• Missions in Medicine In preparation for each trip, Fogarty sets the dates and locations and begins working with hospitals, pharmaceutical companies and fundraisers in order to get the money and supplies required to perform surgery. “We can do surgery in any place,” says Fogarty. “In terms of patient safety, we do the exact same things as we do here. We bring all of our monitoring supplies and equipment.” Being able to perform procedures safely and using advanced equipment provides the communities with outstanding care to which they would otherwise not have access. Fogarty himself has been on trips that range from nine days to a year, but most trips are for more brief periods of time. With a busy practice and a family, McClellan finds it hard to leave for longer than a week or two. “I’m in private practice, and I have a wife and two kids. It’s hard to get away, but it’s something I plan to do more of in the future,” says McClellan. Like many medical professionals, Dr. Tom McClellan entered the medical field in order to help others, and his work in doing so doesn’t stop with his practice at home. He has been on two trips abroad with groups who perform surgeries on patients in developing countries. The majority of surgeries performed on these trips are for congenital deformities in children. “We only do reconstructive surgery, and we see a lot of hand deformities, cleft lip and palette and burns,” says McClellan. “These cases would be dealt with here at a much younger age, but they just don’t have the same surgical opportunities.” McClellan’s first trip was to Pignon, Haiti, followed by one to Tacna, Peru. “I absolutely loved it, and it was a lot of fun,” he says. “It’s the purity of medicine, which I love. I wish I could go on more of these trips.” He explains that working abroad is an adventure. A typical workday consists of performing surgery from 6 a.m. to 8 p.m., resulting in about 70 surgeries per week. The trips are coordinated by Dr. David Fogarty, a plastic surgeon and longtime friend of McClellan’s who is also based in Morgantown and who founded the organization Interplast. Fogarty works with surgeons, nurses, anesthesiologists and pediatricians from across the globe to assemble teams for these surgical trips that provide locals with access to quality surgery for free. “My last trip was my 101st trip,” says Fogarty. “This has been an integral part of my career.” 50 west virginia executive Having met when McClellan was a resident in Morgantown, the two surgeons have become close friends and speak highly of each other. “Dr. McClellan is an accomplished surgeon and very good at what he does. He’s a team player and fits right in,” says Fogarty. “He understands what we’re doing and why we’re doing it.” Working for others and meeting new people is an important part of the process for trips like this to be successful. The relationships that are created and strengthened by traveling on service trips are some of the most rewarding, according to McClellan. “You have a lot of fun with the team you go with, and you feel like you’re making a big difference in the lives of the people there, who are wonderful,” he says. “You get to see the richness of the people and how they want their children to have the best, just like we do. They’ll sacrifice like we will. Coming back, I realized we are fortunate people. My trip to Peru was one of the best things I’ve ever done in my life.”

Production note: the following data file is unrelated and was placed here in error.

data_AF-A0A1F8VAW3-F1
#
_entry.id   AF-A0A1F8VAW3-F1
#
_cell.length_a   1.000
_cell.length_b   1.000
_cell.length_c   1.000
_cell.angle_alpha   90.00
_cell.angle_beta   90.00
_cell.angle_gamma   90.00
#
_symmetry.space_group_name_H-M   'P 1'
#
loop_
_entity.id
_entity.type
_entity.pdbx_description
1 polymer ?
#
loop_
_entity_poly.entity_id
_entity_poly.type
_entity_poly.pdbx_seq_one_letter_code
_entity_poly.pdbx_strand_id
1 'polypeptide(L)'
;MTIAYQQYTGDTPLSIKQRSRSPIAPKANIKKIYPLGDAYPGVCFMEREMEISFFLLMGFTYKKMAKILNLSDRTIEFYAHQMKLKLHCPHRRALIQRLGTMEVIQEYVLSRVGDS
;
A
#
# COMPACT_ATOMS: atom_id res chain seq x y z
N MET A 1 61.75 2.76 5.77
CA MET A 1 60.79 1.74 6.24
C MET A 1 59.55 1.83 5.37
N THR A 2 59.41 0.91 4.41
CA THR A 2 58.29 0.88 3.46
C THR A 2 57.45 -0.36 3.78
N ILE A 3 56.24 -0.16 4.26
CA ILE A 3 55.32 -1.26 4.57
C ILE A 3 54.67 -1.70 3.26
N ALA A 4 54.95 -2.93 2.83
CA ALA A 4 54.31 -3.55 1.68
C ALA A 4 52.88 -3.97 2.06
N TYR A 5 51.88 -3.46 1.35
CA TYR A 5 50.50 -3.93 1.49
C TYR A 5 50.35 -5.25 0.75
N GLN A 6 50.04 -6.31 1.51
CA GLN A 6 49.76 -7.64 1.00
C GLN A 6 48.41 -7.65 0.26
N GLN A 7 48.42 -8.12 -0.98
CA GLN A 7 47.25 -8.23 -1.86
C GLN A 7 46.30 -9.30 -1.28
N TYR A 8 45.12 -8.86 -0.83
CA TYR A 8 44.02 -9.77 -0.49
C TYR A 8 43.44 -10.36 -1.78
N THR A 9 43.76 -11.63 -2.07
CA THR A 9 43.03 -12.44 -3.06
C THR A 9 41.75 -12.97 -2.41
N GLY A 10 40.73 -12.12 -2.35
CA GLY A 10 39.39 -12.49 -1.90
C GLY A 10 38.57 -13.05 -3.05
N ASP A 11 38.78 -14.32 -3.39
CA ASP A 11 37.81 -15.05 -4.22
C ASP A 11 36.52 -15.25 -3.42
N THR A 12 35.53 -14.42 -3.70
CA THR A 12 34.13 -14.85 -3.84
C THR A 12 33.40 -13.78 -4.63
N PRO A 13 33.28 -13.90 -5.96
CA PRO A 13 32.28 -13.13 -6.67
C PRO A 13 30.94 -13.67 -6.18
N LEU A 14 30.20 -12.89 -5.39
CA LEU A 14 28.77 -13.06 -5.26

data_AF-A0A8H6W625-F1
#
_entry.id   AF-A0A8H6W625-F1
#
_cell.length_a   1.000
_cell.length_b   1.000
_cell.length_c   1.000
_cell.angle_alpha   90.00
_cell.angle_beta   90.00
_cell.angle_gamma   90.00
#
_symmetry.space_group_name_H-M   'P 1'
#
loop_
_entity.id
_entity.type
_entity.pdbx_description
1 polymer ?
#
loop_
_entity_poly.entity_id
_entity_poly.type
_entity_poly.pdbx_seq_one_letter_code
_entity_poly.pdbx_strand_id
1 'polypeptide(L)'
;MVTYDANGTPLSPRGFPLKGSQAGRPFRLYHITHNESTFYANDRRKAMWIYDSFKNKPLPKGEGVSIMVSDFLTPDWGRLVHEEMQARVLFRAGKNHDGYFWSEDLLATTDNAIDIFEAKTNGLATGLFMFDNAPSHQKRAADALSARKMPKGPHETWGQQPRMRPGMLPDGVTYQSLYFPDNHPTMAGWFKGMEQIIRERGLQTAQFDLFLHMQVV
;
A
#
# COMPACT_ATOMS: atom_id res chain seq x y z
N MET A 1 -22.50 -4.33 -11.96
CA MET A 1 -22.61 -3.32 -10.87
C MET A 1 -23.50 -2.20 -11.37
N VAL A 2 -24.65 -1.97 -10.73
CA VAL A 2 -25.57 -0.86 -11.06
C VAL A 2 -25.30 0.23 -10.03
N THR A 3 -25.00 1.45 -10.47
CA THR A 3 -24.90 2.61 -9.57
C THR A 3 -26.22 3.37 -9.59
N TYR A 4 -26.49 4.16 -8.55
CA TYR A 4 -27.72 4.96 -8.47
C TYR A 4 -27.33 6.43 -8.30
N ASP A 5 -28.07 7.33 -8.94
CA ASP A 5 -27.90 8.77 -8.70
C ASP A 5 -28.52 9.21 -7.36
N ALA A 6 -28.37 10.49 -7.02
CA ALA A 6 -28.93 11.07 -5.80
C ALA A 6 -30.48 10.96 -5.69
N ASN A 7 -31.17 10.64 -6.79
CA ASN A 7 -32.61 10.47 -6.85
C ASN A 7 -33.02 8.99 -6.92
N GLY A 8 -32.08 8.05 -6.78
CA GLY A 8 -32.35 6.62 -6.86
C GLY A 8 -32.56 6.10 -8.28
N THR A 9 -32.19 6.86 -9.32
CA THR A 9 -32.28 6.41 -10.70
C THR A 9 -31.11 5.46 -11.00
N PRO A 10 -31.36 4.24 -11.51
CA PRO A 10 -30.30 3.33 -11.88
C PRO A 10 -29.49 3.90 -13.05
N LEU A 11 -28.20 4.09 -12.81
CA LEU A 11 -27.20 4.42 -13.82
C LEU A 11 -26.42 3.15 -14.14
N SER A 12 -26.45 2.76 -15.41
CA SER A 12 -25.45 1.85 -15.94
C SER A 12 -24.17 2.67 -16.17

• Another patent now being manufactured is the AlloX2, a tissue expander for women undergoing breast reconstruction. This device helps reduce many of the common complications associated with breast cancer surgery. McClellan has two other funded medical device companies in queue: StealthSuture, a knotless suture for repairing tissue during surgery, and AcuArc, a non-operative way to cosmetically improve lower eyelid bulging and darkness. All in the Family Growing up in a family of doctors, McClellan’s future in the medical field was set from an early age. “My great-grandfather, my grandfather and my dad were all doctors, and my sister is a doctor as well. I have wanted to be a surgeon for as long as I can remember,” says McClellan. “I have a picture of myself when I was 5 with a surgical mask on, and I would go on rounds at the hospital with my father and play at the nurses’ station. I would pretend to wear his pager, which is funny because now, I wish I could get rid of mine because it goes off so much.” He thinks the fifth generation McClellan doctor will likely be his 14-year-old niece rather than one of his two sons, who are 7 and 10. “I’ll be making a video of a surgical procedure for my YouTube channel, and my kids will see it. I’ll ask them if they want to be doctors,” he says. “They always say no. They want to work with computers and robots. But given the success of Instagram and Tesla, I am supportive of that choice.” Beyond shaping his career in medicine, McClellan’s family was responsible for his strong work ethic and independence. “My mom and grandmother were supportive of thinking differently,” says McClellan. “It was like a badge of honor to be creative and industrious and to build things. That’s how I was raised.” Today, through his wife and two kids, he has found even more support. Developing new devices and getting them onto the market has taken him to meetings and pitches all over the country, oftentimes on his own dime. “My wife is very supportive,” he says. “She says, ‘Give it a go,’ instead of ‘Why don’t you focus on your real job?’ It’s OK to dream and reach, and to have that is amazing.” The Patents and Project Process Innovation is at the heart of plastic surgery. In an industry where procedures face complications, patients’ lives are improved by problem-solving and constant evolution. McClellan has personally succeeded in helping to reduce some of these difficulties by creating new devices. How does he do it? The process of invention is much like one would expect, but the most important element is motivation. “I think about my ideas continually,” says McClellan. “It might take a year of thinking about something, reducing it to its simplest form. Then I start by drawing sketches in one of my 50 lab notebooks.” From there, he researches his ideas to see why a product or procedure might not already be in use. “If I find an idea that has already been invented, I try to figure out why it didn’t see the light of day. Understanding their failure is tremendously valuable.” Once his idea has been researched, McClellan presents it to his team of engineers and business partners, who give honest feedback. If they are on board, he begins the process of finding a way to design, manufacture, produce and protect his invention. “That’s where the fun and work starts: flying all over the country for meetings, pitches, small wins, losses and frustrations. I love it,” he says. Back to His Roots Originally from Charleston, McClellan has lived all over the U.S., but he moved back to West Virginia because of his love for the state and its people. “It’s like the mountains get in your blood,” he says. “The people here are salt-of-the-earth, hard workers and appreciative; they’re people you want to take care of.” When an opportunity to join a private practice in Morgantown came up, he was thrilled. McClellan also credits his upraising for his tenacious personality. “When you want to innovate, you have to be fearless. People may laugh at me. I may fail terribly, but I’ve got to try it,” he says. To get his first company funded, he flew back and forth to Palo Alto, CA 23 times in six months, usually staying less than 24 hours per trip. “I’ve heard ‘no’ a hundred times, and that only serves to strengthen my resolve to succeed. It’s the West Virginian in me, I guess.” Development in the Mountain State comes with its struggles, which McClellan believes should be addressed. For instance, he sees a real lack of start-up infrastructure, from venture and angel funding to finding other like-minded innovators and engineers with whom to collaborate. The potential resources here are great, though, and he believes West Virginia should look to its universities and young people for innovation. “I am involved with biomedical and software innovation at West Virginia University (WVU), and I have noticed that there are numerous obstructions to getting inventions past the university level and into use. If we could streamline and support that process, WVU could be very successful.” He uses The University of Utah as an example. “They had more than 20 spinoff companies last year and more than $200 million in venture capital funding enter Salt Lake City.” At the end of the day, McClellan admits his biggest challenge is not having enough time to do everything he wants. There’s no lack of motivation, only a lack of room on the clock. His philosophy is to keep pushing forward and working through his next project. “I don’t look at these things as success. It’s my job; that’s what I intended to do,” he says. “My kids are my best inventions, and I didn’t even have to patent them. Raising kids and doing the best I can at that—that’s really success.  Photography by Tracy Toler, Dr. David Fogarty, Dr. Tom McClellan and Interplast WV www.wvexecutive.com winter 2014 51